Inclusion Is ‘Everybody’s Job,’ Minnesota Chamber Panel Says
Baker Tilly chief diversity officer Shane Lloyd and Bremer Bank chief talent acquisition and diversity officer Colette Campbell

Inclusion Is ‘Everybody’s Job,’ Minnesota Chamber Panel Says

The state’s biggest business lobbying group convened a pair of experts to talk about incorporating diversity, equity, and inclusion initiatives into the workplace.

For businesses big and small, diversity is no longer a one-person job. That was one of the takeaways from a Thursday web panel convened by the Minnesota Chamber of Commerce.

Shane Lloyd, chief diversity officer at global accounting giant Baker Tilly, said diverse teams under inclusive leaders tend to outperform homogenous teams in the long run – an oft-cited claim backed by studies from McKinsey & Co., among others. That means that diversity is, necessarily, a team effort.

“I think some of our leaders think, ‘Oh, it’s not my job,’ but it’s actually everybody’s job to help advance inclusion,” Lloyd said.

Lloyd was joined by Colette Campbell, chief talent acquisition and diversity officer at St. Paul-based Bremer Bank. Whitney Harvey, senior director of workforce diversity and inclusion, moderated the conversation.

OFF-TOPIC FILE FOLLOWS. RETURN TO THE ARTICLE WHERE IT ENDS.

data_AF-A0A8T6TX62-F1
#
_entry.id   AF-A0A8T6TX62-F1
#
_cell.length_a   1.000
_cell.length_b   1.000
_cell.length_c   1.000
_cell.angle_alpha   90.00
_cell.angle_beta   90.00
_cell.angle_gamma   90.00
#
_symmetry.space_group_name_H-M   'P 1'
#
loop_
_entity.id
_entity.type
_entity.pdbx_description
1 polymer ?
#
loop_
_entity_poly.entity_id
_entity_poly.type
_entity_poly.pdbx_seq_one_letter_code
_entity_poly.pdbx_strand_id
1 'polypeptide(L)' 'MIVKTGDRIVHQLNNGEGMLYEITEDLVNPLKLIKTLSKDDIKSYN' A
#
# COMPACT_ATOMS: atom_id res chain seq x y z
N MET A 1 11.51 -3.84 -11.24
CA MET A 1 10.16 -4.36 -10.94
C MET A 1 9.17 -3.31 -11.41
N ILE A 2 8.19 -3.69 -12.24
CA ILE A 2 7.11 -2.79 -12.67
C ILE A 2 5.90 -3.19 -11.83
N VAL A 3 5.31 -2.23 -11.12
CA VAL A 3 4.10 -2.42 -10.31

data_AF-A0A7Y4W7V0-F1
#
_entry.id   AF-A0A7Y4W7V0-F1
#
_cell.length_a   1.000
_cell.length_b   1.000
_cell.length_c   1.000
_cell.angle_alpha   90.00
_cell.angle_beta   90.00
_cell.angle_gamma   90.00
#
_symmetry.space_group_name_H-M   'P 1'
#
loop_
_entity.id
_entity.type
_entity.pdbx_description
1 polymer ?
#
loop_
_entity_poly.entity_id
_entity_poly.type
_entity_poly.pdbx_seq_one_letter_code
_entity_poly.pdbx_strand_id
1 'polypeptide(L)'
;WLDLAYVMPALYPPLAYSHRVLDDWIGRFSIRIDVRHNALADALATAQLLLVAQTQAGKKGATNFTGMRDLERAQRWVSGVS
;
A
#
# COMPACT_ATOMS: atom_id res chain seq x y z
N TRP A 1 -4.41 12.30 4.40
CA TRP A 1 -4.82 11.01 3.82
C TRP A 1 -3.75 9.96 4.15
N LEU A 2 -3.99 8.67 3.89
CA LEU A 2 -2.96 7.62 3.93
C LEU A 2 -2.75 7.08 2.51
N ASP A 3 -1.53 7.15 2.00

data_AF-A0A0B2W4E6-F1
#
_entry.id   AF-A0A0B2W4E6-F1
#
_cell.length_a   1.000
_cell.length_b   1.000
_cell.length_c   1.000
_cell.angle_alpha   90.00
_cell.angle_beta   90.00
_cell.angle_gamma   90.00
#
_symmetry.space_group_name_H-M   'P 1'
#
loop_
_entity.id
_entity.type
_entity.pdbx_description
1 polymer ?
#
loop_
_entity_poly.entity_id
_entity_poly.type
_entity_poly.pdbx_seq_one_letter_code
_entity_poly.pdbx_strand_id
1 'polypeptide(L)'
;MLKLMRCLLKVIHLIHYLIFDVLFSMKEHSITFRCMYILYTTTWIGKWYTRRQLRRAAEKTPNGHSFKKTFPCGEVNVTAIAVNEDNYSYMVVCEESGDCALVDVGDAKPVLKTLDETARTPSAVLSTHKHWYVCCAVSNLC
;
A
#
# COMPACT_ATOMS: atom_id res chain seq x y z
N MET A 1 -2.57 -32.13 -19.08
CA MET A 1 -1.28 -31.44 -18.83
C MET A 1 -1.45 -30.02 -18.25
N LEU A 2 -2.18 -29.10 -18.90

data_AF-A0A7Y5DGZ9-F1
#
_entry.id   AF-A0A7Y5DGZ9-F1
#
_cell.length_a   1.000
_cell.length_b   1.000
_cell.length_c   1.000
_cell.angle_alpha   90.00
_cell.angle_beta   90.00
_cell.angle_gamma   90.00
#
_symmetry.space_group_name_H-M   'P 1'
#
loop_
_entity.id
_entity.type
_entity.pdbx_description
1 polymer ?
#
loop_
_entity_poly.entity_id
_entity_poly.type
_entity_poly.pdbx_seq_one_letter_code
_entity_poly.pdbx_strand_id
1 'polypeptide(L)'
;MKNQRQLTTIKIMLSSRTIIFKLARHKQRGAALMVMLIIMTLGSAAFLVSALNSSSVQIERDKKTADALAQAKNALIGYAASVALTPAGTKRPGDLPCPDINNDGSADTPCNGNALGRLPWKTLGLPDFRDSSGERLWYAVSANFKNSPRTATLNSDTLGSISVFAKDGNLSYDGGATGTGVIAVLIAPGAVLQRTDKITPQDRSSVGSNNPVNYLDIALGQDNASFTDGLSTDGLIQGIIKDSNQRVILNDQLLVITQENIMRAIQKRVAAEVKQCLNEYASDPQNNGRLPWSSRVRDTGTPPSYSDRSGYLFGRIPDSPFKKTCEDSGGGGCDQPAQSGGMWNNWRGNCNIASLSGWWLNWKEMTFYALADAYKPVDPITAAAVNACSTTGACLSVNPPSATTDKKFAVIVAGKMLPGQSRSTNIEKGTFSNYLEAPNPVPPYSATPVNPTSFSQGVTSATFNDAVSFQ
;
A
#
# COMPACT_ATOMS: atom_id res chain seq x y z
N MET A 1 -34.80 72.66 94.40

When it comes to incorporating diversity, equity, and inclusion efforts into the workplace, Lloyd said leaders need to have their own elevator pitch for why diversity is important to them. That’s simply because customers and the general public are typically interacting with company leaders more often than they’re interacting with the chief diversity officer.

Lloyd added that it’s not enough for leaders to just listen and learn.

“How are you going to evolve your practice so people don’t see listening and learning as rhetoric, but they see that listening and learning is tied to particular outcomes and changes?” Lloyd said.

Lloyd suggested a few places to start corporate DEI efforts. For one, companies can put together a team “rules of conduct.” Instead of coming onto a team with assumptions, team members should take the time to go over often unspoken assumptions to get everyone on the same page, Lloyd said. This might mean discussing specific concepts such as respect, trust, conflict resolution, feedback, innovation, and dissent.

Secondly, leaders should create a leadership user manual for other team members where the leaders go over their own strengths, how they like to receive feedback, how they approach work, and other relevant information.

Finally, Lloyd suggested people read his recent article and the Minnesota of Commerce’s DEI playbook.

Still, why should executives care about diversity efforts? Campbell noted that the workforce is becoming increasingly more diverse. If companies don’t keep up with appropriate DEI measures, they’ll find acquisition and retention of talent increasingly more difficult.

Campbell suggested companies create three buckets: hiring, workplace, and the community. Then, they can create specific goals for each of the buckets.

Campbell also suggested that companies find practitioners they trust to help with DEI efforts.

But she warned against trying to fix everything at once as it’s neither practical nor sustainable. She also warned against making DEI work polarizing.

“Start where you are at,” Campbell said. “But you have to start because if you haven’t started on this journey, you’re behind.”